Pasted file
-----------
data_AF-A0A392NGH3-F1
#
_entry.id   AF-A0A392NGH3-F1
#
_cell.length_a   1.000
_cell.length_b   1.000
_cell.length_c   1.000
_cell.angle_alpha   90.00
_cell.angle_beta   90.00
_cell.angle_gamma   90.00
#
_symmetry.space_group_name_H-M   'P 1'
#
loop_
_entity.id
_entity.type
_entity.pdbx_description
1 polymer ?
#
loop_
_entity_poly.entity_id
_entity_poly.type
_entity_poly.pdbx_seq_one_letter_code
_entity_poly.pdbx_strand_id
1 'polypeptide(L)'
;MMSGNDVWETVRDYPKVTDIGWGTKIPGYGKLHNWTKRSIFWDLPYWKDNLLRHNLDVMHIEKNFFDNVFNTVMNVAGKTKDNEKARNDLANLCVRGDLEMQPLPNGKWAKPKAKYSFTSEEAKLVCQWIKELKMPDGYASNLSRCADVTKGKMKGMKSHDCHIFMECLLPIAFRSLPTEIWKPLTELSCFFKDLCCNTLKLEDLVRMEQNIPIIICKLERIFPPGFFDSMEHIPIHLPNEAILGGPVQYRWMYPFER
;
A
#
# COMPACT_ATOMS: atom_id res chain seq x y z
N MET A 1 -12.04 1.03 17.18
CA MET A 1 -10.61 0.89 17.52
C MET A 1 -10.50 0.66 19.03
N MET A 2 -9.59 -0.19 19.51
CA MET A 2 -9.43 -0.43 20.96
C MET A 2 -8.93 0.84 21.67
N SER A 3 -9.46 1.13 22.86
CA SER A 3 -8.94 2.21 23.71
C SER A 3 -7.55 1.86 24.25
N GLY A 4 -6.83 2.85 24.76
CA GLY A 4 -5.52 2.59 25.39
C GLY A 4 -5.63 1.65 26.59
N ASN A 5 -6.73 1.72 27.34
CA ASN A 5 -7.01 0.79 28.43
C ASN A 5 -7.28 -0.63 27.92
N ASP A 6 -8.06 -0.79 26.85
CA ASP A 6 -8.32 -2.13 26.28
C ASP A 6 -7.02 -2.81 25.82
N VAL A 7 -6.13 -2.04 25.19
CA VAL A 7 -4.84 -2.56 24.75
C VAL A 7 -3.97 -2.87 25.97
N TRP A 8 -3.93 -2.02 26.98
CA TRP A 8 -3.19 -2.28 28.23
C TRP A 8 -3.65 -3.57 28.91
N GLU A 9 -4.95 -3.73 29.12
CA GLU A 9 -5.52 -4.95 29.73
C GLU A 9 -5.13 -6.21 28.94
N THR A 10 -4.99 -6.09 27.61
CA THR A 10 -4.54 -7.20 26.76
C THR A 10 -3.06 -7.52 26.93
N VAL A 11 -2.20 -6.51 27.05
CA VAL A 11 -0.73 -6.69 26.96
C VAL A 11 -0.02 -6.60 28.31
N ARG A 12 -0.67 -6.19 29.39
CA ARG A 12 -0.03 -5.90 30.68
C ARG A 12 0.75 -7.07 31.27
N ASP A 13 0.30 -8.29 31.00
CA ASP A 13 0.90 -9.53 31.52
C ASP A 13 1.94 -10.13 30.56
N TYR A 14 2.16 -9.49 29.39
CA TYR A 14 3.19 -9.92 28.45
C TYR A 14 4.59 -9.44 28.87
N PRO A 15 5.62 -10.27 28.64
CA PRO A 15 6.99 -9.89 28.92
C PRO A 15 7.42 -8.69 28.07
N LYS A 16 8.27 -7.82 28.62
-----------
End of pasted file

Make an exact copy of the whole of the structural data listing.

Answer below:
data_AF-A0A392NGH3-F1
#
_entry.id   AF-A0A392NGH3-F1
#
_cell.length_a   1.000
_cell.length_b   1.000
_cell.length_c   1.000
_cell.angle_alpha   90.00
_cell.angle_beta   90.00
_cell.angle_gamma   90.00
#
_symmetry.space_group_name_H-M   'P 1'
#
loop_
_entity.id
_entity.type
_entity.pdbx_description
1 polymer ?
#
loop_
_entity_poly.entity_id
_entity_poly.type
_entity_poly.pdbx_seq_one_letter_code
_entity_poly.pdbx_strand_id
1 'polypeptide(L)'
;MMSGNDVWETVRDYPKVTDIGWGTKIPGYGKLHNWTKRSIFWDLPYWKDNLLRHNLDVMHIEKNFFDNVFNTVMNVAGKTKDNEKARNDLANLCVRGDLEMQPLPNGKWAKPKAKYSFTSEEAKLVCQWIKELKMPDGYASNLSRCADVTKGKMKGMKSHDCHIFMECLLPIAFRSLPTEIWKPLTELSCFFKDLCCNTLKLEDLVRMEQNIPIIICKLERIFPPGFFDSMEHIPIHLPNEAILGGPVQYRWMYPFER
;
A
#
# COMPACT_ATOMS: atom_id res chain seq x y z
N MET A 1 -12.04 1.03 17.18
CA MET A 1 -10.61 0.89 17.52
C MET A 1 -10.50 0.66 19.03
N MET A 2 -9.59 -0.19 19.51
CA MET A 2 -9.43 -0.43 20.96
C MET A 2 -8.93 0.84 21.67
N SER A 3 -9.46 1.13 22.86
CA SER A 3 -8.94 2.21 23.71
C SER A 3 -7.55 1.86 24.25
N GLY A 4 -6.83 2.85 24.76
CA GLY A 4 -5.52 2.59 25.39
C GLY A 4 -5.63 1.65 26.59
N ASN A 5 -6.73 1.72 27.34
CA ASN A 5 -7.01 0.79 28.43
C ASN A 5 -7.28 -0.63 27.92
N ASP A 6 -8.06 -0.79 26.85
CA ASP A 6 -8.32 -2.13 26.28
C ASP A 6 -7.02 -2.81 25.82
N VAL A 7 -6.13 -2.04 25.19
CA VAL A 7 -4.84 -2.56 24.75
C VAL A 7 -3.97 -2.87 25.97
N TRP A 8 -3.93 -2.02 26.98
CA TRP A 8 -3.19 -2.28 28.23
C TRP A 8 -3.65 -3.57 28.91
N GLU A 9 -4.95 -3.73 29.12
CA GLU A 9 -5.52 -4.95 29.73
C GLU A 9 -5.13 -6.21 28.94
N THR A 10 -4.99 -6.09 27.61
CA THR A 10 -4.54 -7.20 26.76
C THR A 10 -3.06 -7.52 26.93
N VAL A 11 -2.20 -6.51 27.05
CA VAL A 11 -0.73 -6.69 26.96
C VAL A 11 -0.02 -6.60 28.31
N ARG A 12 -0.67 -6.19 29.39
CA ARG A 12 -0.03 -5.90 30.68
C ARG A 12 0.75 -7.07 31.27
N ASP A 13 0.30 -8.29 31.00
CA ASP A 13 0.90 -9.53 31.52
C ASP A 13 1.94 -10.13 30.56
N TYR A 14 2.16 -9.49 29.39
CA TYR A 14 3.19 -9.92 28.45
C TYR A 14 4.59 -9.44 28.87
N PRO A 15 5.62 -10.27 28.64
CA PRO A 15 6.99 -9.89 28.92
C PRO A 15 7.42 -8.69 28.07
N LYS A 16 8.27 -7.82 28.62